A shirt that sparkles and glows…

The ATmega168-powered Twirkle Disc Shirt reacts to body movements creating unique light and glow effects. As one of the first commercially available, ready-to-wear LED shirts on the market, Adafruit’s Becky Stern and Ladyada had to take a look inside the motion-activated garment.

A shirt that you can program…

London-based interactive clothing company CuteCircuit had teamed up with Scotch whiskey distillers Ballantine’s to create tshirtOS, the world’s first wearable, sharable and programmable t-shirt. As a futuristic approach to the original canvas of personal expression, the digital T-shirt can be personalized and controlled using an iPhone app via wireless connection. Thanks to its built-in camera, microphone, accelerometer and speakers, wearers have the ability to display tweets, share music, take photos and share photos all from their shirt.

A shirt that can show you affection…

Also designed by the co-Founders of CuteCircuit, Francesca Rosella and Ryan Genz, the Hug Shirt is exactly what it sounds like — a shirt that lets people send long distance hugs! The garment is embedded with a number of sensors that feel the strength of the touch, the skin warmth and the heartbeat rate of the sender, while actuators recreate the sensation of touch, warmth and emotion of the hug to the shirt of the distant loved one. As its website explains, the Hug Shirt is a Bluetooth accessory for Java-enabled mobile phones. Hug shirts don’t have any assigned phone number; instead, the data goes directly from the sensors to your mobile phone which then delivers the hug data to your friend’s phone, all seamlessly transmitted via Bluetooth to his or her shirt! “Sending hugs is as easy as sending an SMS and you will be able to send hugs while you are on the move.”

A shirt that rocks out…

Thanks to the folks over at ThinkGeek, simply tap the drums on this interactive shirt with your finger and listen to the tunes play through its embedded speaker. With seven different drum sounds, you’re ready for a personal drum solo on your chest. According to its site, “Once your loop is created, layer additional beats on top to build up a complex rhythm. You can make loops up to 3 minutes long and you’ve got unlimited tracks to play with.”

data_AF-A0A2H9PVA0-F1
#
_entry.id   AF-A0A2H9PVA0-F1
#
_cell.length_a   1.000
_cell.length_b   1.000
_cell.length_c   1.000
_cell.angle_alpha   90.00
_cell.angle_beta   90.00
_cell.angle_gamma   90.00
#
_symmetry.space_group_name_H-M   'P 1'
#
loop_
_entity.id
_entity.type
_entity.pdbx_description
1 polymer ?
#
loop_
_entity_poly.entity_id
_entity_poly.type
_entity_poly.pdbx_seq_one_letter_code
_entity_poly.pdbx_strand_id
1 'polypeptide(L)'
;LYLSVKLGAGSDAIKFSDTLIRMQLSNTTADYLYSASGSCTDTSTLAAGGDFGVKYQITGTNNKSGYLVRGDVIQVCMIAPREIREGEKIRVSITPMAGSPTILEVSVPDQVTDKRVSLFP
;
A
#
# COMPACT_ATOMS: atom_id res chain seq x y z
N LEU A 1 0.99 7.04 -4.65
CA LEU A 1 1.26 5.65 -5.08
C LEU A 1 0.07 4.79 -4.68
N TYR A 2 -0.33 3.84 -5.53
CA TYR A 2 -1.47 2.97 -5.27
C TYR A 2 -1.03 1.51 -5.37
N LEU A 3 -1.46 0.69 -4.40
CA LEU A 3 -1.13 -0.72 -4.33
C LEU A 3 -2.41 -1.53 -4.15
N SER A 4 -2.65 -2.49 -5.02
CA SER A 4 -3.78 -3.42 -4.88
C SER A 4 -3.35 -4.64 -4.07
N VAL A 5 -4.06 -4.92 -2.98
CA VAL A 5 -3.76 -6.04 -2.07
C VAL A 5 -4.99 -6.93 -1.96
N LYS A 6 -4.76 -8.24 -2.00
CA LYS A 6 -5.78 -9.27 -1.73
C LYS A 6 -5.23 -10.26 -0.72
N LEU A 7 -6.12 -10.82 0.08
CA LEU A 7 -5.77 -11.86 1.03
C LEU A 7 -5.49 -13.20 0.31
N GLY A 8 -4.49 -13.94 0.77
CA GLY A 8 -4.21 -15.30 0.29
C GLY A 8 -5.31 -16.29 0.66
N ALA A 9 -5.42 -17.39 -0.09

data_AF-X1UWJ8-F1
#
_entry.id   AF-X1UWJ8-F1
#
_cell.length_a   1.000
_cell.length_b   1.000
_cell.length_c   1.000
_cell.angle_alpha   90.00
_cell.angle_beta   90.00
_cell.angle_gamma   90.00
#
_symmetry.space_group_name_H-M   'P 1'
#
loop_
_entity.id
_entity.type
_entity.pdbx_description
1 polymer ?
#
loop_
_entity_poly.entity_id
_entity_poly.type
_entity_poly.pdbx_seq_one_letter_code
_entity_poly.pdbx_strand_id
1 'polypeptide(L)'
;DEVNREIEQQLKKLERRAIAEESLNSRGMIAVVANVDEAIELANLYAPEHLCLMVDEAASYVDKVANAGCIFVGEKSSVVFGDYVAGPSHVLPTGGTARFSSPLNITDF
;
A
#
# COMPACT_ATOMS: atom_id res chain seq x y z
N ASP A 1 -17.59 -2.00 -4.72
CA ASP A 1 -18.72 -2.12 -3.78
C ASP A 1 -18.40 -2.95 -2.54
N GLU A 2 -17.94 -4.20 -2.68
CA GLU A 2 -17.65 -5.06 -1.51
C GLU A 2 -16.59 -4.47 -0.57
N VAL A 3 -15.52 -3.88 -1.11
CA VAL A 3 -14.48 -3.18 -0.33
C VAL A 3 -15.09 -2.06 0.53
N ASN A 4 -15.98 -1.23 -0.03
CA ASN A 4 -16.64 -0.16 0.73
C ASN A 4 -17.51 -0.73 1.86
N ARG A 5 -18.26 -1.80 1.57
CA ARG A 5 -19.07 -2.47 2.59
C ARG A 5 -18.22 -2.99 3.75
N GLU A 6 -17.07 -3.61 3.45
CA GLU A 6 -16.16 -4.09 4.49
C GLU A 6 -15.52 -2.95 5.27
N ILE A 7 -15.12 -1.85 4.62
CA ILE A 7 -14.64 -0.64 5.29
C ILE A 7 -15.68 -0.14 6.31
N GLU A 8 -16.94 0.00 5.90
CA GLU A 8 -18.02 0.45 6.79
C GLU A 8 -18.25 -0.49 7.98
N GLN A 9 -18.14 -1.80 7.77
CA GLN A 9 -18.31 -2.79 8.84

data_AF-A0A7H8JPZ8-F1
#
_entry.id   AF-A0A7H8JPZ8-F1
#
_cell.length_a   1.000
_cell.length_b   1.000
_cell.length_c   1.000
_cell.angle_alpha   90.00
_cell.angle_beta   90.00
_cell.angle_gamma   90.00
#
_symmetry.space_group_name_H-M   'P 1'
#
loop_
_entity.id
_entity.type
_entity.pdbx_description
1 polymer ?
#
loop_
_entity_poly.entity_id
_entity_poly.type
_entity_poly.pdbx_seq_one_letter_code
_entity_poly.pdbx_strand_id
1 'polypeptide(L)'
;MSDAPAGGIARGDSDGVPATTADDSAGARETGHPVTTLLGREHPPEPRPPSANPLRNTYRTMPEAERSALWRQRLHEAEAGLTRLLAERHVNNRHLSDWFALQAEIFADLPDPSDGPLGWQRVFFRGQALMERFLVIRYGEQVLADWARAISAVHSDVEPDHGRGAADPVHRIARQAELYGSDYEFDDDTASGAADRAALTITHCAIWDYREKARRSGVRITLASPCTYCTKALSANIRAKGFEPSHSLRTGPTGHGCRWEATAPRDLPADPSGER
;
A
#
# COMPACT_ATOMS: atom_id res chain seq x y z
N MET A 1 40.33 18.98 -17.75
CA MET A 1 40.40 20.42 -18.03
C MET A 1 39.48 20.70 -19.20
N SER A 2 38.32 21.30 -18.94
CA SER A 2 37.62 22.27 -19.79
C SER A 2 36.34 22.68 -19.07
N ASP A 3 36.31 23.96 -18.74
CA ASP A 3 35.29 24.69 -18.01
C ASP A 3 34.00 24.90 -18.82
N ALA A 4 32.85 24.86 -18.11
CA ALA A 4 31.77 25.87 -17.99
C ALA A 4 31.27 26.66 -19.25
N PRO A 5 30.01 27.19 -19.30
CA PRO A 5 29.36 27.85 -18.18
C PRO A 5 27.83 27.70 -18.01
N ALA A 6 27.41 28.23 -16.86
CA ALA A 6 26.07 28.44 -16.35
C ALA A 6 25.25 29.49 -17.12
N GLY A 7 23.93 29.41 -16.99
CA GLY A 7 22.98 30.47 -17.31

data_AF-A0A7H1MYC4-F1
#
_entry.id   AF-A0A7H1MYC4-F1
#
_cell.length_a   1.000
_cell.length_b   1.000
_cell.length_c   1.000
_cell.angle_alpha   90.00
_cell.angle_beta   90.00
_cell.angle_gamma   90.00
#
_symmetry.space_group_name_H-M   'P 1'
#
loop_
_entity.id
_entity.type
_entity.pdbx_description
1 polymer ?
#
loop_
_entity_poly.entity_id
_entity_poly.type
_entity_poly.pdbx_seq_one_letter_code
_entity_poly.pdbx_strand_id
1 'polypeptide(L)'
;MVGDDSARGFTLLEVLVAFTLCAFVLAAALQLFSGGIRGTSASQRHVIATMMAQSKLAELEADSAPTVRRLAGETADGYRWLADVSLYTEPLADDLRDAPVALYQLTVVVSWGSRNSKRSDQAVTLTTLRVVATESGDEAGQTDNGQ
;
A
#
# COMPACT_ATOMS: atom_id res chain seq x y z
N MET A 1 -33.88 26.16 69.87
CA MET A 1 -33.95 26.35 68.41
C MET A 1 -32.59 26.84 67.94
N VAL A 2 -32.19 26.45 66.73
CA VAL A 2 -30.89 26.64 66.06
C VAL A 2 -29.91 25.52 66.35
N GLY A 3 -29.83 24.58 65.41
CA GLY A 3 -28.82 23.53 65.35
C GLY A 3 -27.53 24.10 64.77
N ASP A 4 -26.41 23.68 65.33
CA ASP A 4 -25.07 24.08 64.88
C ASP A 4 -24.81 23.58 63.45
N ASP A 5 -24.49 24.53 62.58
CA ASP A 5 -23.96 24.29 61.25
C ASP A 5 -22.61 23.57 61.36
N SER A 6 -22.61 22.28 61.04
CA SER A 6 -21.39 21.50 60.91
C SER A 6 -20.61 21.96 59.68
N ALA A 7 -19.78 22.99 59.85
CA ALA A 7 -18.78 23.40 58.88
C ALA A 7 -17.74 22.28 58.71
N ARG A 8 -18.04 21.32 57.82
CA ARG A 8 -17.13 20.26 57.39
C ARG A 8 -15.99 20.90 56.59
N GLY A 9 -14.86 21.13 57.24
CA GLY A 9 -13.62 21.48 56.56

A shirt that displays messages…

A Maker mom and son recently created an LED matrix shirt that could scroll messages and display simple graphics. Using an Arduino Lilypad (ATmega328) as a controller, a rechargeable LiPo battery, 50 LilyPad LEDs, an FTDI breakout board, a mini USB connector and some conductive thread, the duo completed their mutli-purpose shirt that not only looks good, but can act as a message board and general purpose display. Adding to the fun, the shirt can play four different games controlled by a small joystick!

A shirt hoodie that lets you send discrete messages…

Using an Atmel-based Arduino and an Arduino GSM shield, a pair of New York University students designed what they call the “Smart Hoodie,” a hooded sweatshirt that can respond to various gestures — touching the hood, touching a sleeve and rolling up a sleeve, each of which send a different text message to a pre-programmed contact.

And… now only a few weeks away, World Maker Faire is certainly a place to express yourself with clothing no exception. Here’s just some of our favorite t-shirts from around the grounds last year.

Smaller electronics, smarter clothing

In a recent Gigaom article, Signe Brewster notes that a new generation of textiles is on the brink of redefining wearable technology.

To date, a great deal of wearable activity has been centered around companies like Arduino and Adafruit, both offering wearable electronic platforms powered by versatile Atmel microcontrollers (MCU).

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Though we may have yet to find the easy-to-make smart textile, Brewster encourages startups wishing to do so need to find their fabric and sensors and then independently develop a way to combine them.

“What was missing until now were electronics small enough to fit into clothing the same way as a button or a single cotton fiber.” With the advent of Arduino Lilypad (ATmega328V) and Adafruit’s FLORA (ATmega32u4), we’re seeing the emergence of the softer side of wearable technology, which hides LED lights, battery packs and electronic devices in the folds of clothing fabric. With more platforms readily accessible, we can expect to see more Makers creating a next-gen of wearable gizmos.

Ever wanted a t-shirt that can send and display text messages? Now you can — thanks to the latest innovation of startup, Switch Embassy. The only “scrunchable, washable and connected t-shirt” is embedded with LED lights, each of which are woven directly into the fabric.

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“Until technology, like fashion, can augment who we are in the exact way we want, it won’t be compelling enough to wear on our bodies,” Brewster concludes.

Interested in learning more about wearable tech? Check out what Atmel has been up to in this exciting, evolving space.